The Silbergraue Führer (Silver Grey Guide) presents an outline of the garden's history, describes its structures and the architects behind them and analyses the garden's significance as a cultural monument.
The Schwetzingen Palace Gardens constitute a veritable showpiece of the European art of laying out gardens. A magnificent park forming the centrepiece of the elector's summer residence was created within a period of thirty years under Elector Carl Theodor, his director of buildings and gardens, Nicolas de Pigage and the garden landscaper, Friedrich Ludwig von Sckell. Two different philosophies of laying out gardens, the French and the English ones, were juxtaposed in Schwetzingen, resulting in a unique artistic achievement.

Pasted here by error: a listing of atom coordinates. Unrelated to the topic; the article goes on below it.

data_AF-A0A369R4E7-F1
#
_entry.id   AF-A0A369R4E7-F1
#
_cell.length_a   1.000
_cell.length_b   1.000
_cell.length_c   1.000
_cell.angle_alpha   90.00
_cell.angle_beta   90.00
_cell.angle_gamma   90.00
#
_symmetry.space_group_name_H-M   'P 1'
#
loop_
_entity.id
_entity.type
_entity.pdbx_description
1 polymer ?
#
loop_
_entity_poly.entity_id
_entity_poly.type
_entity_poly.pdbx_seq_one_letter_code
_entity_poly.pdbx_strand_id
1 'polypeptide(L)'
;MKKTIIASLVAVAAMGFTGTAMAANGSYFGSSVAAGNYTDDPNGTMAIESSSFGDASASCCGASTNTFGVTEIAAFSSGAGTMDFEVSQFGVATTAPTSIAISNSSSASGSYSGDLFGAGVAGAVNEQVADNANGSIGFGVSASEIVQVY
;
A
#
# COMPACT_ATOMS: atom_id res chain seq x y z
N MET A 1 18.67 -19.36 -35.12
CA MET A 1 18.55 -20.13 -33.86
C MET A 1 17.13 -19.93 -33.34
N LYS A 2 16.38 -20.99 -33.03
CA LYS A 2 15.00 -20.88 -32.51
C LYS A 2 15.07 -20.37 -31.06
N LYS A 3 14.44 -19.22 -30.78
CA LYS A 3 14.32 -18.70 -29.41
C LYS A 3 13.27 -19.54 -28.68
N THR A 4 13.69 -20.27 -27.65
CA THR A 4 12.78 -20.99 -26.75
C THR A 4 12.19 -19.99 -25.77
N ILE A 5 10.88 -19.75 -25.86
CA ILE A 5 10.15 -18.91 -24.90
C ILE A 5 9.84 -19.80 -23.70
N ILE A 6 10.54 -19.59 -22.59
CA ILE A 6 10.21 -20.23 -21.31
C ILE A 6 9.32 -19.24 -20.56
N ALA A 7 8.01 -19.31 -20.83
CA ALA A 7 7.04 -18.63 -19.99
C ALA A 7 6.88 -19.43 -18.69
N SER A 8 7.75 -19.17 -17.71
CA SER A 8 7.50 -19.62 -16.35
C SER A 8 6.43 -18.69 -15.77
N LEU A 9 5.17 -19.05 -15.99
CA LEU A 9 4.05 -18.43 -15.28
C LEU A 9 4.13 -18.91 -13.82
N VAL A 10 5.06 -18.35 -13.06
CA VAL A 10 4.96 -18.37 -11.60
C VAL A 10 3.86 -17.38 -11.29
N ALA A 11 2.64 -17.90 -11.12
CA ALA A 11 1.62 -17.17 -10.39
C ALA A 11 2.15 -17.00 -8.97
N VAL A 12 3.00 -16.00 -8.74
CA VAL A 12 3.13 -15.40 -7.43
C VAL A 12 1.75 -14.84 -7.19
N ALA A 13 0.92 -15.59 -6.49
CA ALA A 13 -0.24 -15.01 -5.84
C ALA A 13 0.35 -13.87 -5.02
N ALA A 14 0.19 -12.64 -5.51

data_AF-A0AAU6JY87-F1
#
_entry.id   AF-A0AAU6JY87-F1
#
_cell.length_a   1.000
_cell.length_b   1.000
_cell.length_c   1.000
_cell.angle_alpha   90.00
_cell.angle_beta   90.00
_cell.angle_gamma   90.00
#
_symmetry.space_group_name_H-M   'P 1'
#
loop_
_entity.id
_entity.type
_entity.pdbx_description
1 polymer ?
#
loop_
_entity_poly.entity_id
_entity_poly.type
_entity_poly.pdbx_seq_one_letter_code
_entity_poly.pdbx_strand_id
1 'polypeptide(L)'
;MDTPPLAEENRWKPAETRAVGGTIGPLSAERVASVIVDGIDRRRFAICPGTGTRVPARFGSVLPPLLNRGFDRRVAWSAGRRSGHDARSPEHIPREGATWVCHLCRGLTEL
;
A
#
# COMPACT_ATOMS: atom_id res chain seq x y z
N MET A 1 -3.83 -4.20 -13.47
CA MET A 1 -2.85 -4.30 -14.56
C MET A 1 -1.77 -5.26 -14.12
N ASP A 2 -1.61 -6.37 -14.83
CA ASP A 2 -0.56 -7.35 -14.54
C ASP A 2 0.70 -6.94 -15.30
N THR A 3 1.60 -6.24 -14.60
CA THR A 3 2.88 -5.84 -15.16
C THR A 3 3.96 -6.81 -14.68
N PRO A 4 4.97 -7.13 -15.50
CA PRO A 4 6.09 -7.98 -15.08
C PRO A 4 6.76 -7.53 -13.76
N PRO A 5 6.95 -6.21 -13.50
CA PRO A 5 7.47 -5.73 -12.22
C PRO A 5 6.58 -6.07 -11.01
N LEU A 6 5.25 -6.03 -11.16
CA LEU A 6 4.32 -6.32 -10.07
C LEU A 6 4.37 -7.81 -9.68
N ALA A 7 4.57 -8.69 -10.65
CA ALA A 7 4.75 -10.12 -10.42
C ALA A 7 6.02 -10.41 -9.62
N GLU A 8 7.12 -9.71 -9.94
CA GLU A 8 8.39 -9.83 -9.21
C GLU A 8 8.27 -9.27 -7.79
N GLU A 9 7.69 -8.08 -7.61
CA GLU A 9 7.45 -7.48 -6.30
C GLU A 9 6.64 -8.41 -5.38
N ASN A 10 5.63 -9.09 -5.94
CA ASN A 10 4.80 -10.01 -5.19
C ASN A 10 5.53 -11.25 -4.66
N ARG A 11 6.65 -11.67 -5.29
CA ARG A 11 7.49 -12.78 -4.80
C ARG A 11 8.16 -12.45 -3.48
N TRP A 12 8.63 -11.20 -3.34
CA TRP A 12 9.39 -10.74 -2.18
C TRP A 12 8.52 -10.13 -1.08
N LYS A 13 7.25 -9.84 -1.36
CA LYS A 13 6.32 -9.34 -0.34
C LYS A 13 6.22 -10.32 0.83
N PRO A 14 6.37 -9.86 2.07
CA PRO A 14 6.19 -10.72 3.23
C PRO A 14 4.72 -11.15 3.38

The multifarious interplay of garden art, architecture, sculpture and craftwork makes the Schwetzingen Palace Gardens into one of the best-preserved garden creations of the 18th century. The manifestations of freemasonry, an important social movement of the time, are by no means the least of its claims to fame. Such a concentration of objects bearing witness to the history of civilization makes the Schwetzingen Palace Gardens into a promising candidate for inclusion in UNESCO's list of World Heritage Sites.